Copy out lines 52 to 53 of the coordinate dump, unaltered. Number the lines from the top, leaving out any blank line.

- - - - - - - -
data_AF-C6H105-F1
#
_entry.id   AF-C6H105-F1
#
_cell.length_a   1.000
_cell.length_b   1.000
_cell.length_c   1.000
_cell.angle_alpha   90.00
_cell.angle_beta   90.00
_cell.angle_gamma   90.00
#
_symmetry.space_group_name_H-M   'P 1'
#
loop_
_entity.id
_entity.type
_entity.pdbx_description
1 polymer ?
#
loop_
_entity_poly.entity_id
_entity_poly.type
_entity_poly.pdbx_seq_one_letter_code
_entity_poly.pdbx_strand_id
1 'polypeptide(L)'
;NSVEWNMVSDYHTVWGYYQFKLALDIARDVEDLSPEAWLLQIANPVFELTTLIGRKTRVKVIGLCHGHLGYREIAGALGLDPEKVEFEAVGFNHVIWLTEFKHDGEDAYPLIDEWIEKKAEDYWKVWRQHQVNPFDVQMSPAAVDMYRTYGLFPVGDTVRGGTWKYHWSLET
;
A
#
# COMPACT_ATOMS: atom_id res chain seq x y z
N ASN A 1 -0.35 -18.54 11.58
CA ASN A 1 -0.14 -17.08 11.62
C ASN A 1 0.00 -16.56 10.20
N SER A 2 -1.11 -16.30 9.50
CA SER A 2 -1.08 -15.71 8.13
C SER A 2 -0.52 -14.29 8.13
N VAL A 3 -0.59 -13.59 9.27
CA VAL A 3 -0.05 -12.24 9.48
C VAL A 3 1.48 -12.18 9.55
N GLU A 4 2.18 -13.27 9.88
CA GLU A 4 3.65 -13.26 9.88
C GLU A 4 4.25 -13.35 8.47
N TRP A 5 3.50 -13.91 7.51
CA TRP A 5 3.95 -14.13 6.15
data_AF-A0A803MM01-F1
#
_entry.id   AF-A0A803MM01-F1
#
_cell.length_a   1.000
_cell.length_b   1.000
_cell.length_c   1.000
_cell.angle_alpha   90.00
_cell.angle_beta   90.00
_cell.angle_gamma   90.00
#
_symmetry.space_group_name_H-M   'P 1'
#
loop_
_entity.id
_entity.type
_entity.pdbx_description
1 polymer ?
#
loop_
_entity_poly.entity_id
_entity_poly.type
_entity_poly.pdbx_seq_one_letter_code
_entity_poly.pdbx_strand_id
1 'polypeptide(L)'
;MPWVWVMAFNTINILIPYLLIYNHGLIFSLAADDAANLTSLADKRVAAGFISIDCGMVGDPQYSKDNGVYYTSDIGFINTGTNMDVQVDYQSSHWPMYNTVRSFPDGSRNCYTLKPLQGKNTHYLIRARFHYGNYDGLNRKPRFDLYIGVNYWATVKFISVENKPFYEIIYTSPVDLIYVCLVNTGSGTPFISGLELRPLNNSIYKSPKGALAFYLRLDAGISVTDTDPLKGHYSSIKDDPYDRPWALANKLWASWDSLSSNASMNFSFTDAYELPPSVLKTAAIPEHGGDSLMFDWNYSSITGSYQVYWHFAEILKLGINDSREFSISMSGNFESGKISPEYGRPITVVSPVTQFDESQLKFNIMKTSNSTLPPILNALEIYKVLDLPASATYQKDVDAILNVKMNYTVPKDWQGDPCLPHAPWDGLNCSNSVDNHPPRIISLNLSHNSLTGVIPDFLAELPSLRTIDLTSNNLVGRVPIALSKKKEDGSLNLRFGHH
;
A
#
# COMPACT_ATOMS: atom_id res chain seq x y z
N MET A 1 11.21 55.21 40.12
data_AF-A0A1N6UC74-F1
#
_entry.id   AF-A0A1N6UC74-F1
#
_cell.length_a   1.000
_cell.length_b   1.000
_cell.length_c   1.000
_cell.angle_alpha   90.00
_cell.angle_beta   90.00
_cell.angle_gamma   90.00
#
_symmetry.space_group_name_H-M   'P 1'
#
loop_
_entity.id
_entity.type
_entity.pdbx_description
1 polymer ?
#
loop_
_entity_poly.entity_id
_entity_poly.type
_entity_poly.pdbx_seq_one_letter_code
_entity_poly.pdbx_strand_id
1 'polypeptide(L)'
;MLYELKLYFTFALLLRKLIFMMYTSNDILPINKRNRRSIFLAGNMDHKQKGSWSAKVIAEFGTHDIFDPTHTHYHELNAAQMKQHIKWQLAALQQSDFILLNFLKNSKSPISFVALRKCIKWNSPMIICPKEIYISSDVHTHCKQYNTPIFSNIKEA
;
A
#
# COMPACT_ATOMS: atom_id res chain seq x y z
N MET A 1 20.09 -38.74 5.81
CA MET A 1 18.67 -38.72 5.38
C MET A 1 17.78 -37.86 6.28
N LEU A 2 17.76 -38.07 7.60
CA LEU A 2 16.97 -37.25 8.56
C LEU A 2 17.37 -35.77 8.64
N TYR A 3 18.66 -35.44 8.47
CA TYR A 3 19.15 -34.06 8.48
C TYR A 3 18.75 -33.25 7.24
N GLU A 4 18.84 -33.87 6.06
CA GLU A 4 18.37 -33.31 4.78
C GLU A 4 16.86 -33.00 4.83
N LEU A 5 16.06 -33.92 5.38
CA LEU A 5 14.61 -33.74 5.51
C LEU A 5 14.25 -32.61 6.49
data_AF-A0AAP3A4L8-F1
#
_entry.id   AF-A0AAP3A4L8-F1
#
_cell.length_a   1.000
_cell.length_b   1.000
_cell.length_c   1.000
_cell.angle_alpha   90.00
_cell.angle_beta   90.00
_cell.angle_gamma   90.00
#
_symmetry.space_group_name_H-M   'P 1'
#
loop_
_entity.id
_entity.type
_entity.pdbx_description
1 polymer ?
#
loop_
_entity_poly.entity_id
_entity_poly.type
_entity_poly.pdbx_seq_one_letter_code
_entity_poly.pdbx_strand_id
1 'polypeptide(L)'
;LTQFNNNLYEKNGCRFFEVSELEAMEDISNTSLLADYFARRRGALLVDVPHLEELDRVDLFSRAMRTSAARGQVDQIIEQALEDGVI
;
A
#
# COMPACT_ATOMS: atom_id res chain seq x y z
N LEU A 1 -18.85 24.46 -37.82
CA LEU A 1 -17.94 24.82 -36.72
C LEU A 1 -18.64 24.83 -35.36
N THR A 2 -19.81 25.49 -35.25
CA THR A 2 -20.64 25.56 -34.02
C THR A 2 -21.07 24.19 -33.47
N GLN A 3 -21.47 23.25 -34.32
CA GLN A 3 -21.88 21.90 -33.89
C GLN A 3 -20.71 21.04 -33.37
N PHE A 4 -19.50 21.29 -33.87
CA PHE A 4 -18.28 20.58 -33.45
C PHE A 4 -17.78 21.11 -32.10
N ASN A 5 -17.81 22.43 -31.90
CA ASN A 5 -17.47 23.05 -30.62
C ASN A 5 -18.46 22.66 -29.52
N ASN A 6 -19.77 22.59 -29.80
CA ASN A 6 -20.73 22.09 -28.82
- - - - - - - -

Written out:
_cell.angle_alpha   90.00
_cell.angle_beta   90.00